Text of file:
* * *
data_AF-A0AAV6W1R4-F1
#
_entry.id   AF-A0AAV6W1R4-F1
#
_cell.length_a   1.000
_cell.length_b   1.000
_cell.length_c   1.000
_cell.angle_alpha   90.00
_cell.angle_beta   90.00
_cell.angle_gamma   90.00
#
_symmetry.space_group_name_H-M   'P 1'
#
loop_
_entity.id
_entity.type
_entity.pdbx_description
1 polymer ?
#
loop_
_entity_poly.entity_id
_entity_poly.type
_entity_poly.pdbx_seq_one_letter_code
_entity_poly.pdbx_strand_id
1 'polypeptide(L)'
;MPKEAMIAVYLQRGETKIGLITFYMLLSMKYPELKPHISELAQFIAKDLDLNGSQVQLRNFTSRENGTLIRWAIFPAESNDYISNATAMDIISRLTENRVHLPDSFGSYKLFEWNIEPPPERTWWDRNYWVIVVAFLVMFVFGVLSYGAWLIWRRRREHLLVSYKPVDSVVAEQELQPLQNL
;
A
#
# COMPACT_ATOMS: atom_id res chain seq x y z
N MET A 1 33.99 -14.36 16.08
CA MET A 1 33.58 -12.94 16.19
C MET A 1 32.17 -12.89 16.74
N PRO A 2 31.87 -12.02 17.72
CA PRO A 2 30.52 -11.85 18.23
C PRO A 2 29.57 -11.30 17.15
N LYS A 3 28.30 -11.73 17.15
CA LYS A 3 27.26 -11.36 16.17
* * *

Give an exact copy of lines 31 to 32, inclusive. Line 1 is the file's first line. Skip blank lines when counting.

N MET A 1 33.99 -14.36 16.08
CA MET A 1 33.58 -12.94 16.19